Pluto appears to trail a wispy carbon monoxide cloud
Just like Mickey’s dog, the former planet Pluto has a tail — or at least a hint of one.
Scientists have detected a wisp of carbon monoxide in Pluto’s thin upper atmosphere, extending a quarter of the way to its largest moon, Charon, or about 3,400 kilometers above Pluto’s surface. To the astronomers who detected it using the James Clerk Maxwell Telescope on Hawaii’s Mauna Kea, the cloud appears to have properties resembling a comet’s gas tail.
“Whether Pluto's atmosphere forms a tail is just a suggestion on our part,” says Jane Greaves of the University of St. Andrews in Scotland. The gas is too thin to image directly. But a tiny shift in the wavelength of microwaves emitted by the carbon monoxide hints that the gas is receding from Earth and the sun, with ions and some neutral atoms in the gas swept up by the solar wind — just as a comet’s gas tail would be.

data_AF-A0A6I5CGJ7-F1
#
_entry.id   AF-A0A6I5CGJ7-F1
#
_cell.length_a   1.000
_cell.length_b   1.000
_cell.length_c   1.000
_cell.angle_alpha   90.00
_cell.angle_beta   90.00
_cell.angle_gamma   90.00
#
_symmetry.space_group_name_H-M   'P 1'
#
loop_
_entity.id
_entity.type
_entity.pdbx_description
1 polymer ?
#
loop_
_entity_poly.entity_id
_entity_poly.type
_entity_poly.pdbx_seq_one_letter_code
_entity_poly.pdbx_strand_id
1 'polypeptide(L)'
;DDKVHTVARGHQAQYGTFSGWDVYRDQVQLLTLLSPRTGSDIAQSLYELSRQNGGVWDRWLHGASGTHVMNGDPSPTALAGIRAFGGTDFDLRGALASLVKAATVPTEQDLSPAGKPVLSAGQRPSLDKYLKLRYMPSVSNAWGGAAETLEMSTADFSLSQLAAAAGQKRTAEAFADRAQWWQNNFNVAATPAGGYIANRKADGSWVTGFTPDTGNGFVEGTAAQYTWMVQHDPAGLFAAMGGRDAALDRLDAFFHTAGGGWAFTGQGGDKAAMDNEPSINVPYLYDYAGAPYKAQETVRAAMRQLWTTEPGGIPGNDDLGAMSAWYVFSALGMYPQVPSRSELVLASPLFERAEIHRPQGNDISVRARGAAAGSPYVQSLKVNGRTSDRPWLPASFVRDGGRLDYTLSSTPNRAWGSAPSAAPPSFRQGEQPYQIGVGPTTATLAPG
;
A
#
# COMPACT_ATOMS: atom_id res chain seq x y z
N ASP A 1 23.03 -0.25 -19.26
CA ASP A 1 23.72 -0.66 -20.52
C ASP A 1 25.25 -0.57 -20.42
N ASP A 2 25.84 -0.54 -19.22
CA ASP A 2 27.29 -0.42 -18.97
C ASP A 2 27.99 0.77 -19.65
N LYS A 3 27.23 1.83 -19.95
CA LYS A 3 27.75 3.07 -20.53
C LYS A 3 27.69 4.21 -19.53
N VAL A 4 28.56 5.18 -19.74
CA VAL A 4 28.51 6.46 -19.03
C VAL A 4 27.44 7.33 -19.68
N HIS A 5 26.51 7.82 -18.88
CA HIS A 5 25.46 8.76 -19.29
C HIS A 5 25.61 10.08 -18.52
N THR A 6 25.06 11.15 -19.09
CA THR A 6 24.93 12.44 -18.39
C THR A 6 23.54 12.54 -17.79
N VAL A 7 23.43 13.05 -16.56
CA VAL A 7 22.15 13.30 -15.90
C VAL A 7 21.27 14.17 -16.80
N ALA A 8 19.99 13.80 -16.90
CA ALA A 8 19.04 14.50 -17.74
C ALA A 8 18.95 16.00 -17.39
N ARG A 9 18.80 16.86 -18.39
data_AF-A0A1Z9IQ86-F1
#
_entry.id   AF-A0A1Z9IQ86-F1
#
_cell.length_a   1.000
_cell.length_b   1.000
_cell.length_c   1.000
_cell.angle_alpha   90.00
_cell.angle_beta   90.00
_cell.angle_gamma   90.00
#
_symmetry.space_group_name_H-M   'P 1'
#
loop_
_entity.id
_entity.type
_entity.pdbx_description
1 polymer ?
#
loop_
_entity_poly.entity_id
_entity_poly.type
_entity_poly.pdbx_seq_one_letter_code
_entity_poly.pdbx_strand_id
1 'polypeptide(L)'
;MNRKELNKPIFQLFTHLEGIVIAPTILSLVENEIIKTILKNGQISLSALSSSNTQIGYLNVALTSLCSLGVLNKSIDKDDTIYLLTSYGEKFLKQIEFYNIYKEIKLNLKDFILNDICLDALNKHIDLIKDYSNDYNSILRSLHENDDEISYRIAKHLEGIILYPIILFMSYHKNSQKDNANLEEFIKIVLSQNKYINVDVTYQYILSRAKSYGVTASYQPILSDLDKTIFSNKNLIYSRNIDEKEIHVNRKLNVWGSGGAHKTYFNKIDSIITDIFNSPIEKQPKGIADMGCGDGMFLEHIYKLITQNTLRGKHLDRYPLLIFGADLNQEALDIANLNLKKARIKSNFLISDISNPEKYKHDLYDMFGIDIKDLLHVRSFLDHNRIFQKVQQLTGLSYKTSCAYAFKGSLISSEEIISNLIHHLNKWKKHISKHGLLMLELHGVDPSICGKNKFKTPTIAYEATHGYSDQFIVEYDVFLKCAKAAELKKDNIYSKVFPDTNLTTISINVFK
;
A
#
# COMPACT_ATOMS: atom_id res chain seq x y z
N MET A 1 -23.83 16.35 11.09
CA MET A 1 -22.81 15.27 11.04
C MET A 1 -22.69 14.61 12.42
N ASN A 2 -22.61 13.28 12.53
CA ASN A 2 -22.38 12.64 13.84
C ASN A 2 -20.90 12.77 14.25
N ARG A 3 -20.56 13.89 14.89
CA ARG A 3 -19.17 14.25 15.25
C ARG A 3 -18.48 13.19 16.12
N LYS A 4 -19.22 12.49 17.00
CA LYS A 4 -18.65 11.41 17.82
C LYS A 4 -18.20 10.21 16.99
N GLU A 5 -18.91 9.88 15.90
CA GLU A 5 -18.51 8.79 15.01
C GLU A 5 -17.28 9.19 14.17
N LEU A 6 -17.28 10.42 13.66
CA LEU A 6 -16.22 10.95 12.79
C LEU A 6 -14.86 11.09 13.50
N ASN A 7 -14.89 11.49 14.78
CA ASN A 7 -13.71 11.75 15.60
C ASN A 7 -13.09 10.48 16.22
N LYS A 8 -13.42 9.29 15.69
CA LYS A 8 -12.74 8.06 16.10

Planetary scientist Mike Brown of Caltech